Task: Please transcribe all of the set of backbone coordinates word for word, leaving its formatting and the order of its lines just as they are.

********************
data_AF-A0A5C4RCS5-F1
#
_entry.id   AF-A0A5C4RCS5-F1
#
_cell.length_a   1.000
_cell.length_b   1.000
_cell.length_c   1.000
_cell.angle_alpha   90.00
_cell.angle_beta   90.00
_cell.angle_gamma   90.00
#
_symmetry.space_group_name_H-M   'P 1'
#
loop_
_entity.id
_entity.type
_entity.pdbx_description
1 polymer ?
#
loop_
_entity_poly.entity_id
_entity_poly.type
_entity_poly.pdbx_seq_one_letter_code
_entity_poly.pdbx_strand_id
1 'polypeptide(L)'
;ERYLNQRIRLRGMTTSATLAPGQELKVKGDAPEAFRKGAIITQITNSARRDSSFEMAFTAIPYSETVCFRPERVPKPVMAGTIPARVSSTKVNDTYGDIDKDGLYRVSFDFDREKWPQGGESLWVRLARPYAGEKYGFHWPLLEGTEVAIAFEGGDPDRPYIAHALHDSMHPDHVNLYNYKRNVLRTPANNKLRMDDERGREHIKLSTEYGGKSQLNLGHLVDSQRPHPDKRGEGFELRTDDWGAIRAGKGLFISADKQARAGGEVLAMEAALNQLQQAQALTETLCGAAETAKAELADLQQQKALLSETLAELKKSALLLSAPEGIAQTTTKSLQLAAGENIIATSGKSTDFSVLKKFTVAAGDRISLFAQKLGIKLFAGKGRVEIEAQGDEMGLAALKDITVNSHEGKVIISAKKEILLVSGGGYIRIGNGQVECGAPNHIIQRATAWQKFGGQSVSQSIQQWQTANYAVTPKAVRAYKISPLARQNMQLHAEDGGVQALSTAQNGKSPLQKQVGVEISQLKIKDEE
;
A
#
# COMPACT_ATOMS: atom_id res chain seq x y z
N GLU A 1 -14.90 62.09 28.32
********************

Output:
data_AF-A0A5C4RCS5-F1
#
_entry.id   AF-A0A5C4RCS5-F1
#
_cell.length_a   1.000
_cell.length_b   1.000
_cell.length_c   1.000
_cell.angle_alpha   90.00
_cell.angle_beta   90.00
_cell.angle_gamma   90.00
#
_symmetry.space_group_name_H-M   'P 1'
#
loop_
_entity.id
_entity.type
_entity.pdbx_description
1 polymer ?
#
loop_
_entity_poly.entity_id
_entity_poly.type
_entity_poly.pdbx_seq_one_letter_code
_entity_poly.pdbx_strand_id
1 'polypeptide(L)'
;ERYLNQRIRLRGMTTSATLAPGQELKVKGDAPEAFRKGAIITQITNSARRDSSFEMAFTAIPYSETVCFRPERVPKPVMAGTIPARVSSTKVNDTYGDIDKDGLYRVSFDFDREKWPQGGESLWVRLARPYAGEKYGFHWPLLEGTEVAIAFEGGDPDRPYIAHALHDSMHPDHVNLYNYKRNVLRTPANNKLRMDDERGREHIKLSTEYGGKSQLNLGHLVDSQRPHPDKRGEGFELRTDDWGAIRAGKGLFISADKQARAGGEVLAMEAALNQLQQAQALTETLCGAAETAKAELADLQQQKALLSETLAELKKSALLLSAPEGIAQTTTKSLQLAAGENIIATSGKSTDFSVLKKFTVAAGDRISLFAQKLGIKLFAGKGRVEIEAQGDEMGLAALKDITVNSHEGKVIISAKKEILLVSGGGYIRIGNGQVECGAPNHIIQRATAWQKFGGQSVSQSIQQWQTANYAVTPKAVRAYKISPLARQNMQLHAEDGGVQALSTAQNGKSPLQKQVGVEISQLKIKDEE
;
A
#
# COMPACT_ATOMS: atom_id res chain seq x y z
N GLU A 1 -14.90 62.09 28.32